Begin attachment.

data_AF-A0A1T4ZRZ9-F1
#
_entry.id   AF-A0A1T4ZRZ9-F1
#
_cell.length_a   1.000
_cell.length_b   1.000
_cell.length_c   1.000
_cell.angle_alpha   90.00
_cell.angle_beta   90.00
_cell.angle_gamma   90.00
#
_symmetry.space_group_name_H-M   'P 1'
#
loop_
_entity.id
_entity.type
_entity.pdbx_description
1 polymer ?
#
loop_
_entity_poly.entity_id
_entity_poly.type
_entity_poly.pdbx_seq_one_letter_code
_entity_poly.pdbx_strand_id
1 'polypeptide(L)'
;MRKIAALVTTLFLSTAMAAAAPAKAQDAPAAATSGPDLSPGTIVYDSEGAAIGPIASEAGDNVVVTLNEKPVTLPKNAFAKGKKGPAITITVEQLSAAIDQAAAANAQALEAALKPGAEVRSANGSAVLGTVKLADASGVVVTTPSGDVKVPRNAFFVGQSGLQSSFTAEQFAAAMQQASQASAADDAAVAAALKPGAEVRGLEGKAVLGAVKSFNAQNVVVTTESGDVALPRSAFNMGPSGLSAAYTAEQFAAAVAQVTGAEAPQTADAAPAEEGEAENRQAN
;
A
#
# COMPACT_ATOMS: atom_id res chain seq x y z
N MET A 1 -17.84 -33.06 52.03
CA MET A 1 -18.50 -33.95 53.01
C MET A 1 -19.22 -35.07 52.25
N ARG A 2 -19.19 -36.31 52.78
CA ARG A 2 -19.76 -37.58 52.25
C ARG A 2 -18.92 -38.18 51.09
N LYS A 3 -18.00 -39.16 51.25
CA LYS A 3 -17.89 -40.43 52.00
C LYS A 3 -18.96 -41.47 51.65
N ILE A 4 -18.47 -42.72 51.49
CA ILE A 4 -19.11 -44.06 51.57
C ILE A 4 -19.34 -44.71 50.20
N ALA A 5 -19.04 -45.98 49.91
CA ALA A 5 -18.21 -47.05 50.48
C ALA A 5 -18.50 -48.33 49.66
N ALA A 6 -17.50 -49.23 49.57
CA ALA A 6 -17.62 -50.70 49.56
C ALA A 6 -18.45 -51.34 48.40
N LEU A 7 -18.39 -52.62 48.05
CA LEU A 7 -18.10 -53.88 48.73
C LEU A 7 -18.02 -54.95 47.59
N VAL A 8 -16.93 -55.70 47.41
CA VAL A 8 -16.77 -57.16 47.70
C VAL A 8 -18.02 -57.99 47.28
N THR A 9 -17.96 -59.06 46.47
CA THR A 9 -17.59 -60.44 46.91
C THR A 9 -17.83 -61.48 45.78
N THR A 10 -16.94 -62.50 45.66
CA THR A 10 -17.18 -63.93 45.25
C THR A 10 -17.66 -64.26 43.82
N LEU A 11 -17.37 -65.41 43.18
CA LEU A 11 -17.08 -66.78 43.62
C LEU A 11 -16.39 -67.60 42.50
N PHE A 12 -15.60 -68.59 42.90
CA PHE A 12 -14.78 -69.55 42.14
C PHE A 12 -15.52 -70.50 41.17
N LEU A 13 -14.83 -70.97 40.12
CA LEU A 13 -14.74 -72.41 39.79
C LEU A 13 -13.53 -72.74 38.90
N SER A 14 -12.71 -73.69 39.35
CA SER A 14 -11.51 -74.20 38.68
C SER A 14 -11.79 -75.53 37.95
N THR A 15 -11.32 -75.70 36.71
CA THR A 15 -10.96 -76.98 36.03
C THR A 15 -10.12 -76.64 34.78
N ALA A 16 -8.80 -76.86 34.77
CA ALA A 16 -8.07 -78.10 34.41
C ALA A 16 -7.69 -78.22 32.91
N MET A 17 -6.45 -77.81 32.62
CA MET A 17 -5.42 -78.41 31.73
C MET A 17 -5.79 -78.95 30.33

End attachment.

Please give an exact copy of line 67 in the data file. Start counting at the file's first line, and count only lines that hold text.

N LEU A 13 -14.83 -70.97 40.12